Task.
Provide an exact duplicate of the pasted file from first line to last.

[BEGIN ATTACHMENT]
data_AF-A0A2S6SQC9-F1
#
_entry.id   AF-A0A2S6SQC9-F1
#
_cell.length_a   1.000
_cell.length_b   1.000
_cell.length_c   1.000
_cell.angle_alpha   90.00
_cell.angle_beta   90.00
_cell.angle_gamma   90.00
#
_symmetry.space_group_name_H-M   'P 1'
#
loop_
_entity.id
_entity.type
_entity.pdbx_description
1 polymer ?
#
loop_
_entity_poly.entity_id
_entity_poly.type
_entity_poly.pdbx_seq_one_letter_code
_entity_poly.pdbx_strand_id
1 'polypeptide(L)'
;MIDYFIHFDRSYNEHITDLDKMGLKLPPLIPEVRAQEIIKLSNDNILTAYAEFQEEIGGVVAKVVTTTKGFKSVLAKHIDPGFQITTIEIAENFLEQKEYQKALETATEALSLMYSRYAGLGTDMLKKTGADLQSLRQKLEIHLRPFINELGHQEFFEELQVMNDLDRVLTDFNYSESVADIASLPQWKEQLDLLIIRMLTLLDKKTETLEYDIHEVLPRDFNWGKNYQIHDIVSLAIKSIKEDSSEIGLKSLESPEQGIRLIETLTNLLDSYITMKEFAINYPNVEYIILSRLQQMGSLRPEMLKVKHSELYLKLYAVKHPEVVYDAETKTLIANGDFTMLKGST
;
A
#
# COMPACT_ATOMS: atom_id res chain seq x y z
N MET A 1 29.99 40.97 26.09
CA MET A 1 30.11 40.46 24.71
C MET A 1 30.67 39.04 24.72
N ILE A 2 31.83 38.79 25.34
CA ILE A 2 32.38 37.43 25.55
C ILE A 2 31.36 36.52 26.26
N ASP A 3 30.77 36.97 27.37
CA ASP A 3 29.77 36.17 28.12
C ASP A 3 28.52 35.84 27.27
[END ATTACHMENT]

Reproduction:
data_AF-A0A2S6SQC9-F1
#
_entry.id   AF-A0A2S6SQC9-F1
#
_cell.length_a   1.000
_cell.length_b   1.000
_cell.length_c   1.000
_cell.angle_alpha   90.00
_cell.angle_beta   90.00
_cell.angle_gamma   90.00
#
_symmetry.space_group_name_H-M   'P 1'
#
loop_
_entity.id
_entity.type
_entity.pdbx_description
1 polymer ?
#
loop_
_entity_poly.entity_id
_entity_poly.type
_entity_poly.pdbx_seq_one_letter_code
_entity_poly.pdbx_strand_id
1 'polypeptide(L)'
;MIDYFIHFDRSYNEHITDLDKMGLKLPPLIPEVRAQEIIKLSNDNILTAYAEFQEEIGGVVAKVVTTTKGFKSVLAKHIDPGFQITTIEIAENFLEQKEYQKALETATEALSLMYSRYAGLGTDMLKKTGADLQSLRQKLEIHLRPFINELGHQEFFEELQVMNDLDRVLTDFNYSESVADIASLPQWKEQLDLLIIRMLTLLDKKTETLEYDIHEVLPRDFNWGKNYQIHDIVSLAIKSIKEDSSEIGLKSLESPEQGIRLIETLTNLLDSYITMKEFAINYPNVEYIILSRLQQMGSLRPEMLKVKHSELYLKLYAVKHPEVVYDAETKTLIANGDFTMLKGST
;
A
#
# COMPACT_ATOMS: atom_id res chain seq x y z
N MET A 1 29.99 40.97 26.09
CA MET A 1 30.11 40.46 24.71
C MET A 1 30.67 39.04 24.72
N ILE A 2 31.83 38.79 25.34
CA ILE A 2 32.38 37.43 25.55
C ILE A 2 31.36 36.52 26.26
N ASP A 3 30.77 36.97 27.37
CA ASP A 3 29.77 36.17 28.12
C ASP A 3 28.52 35.84 27.27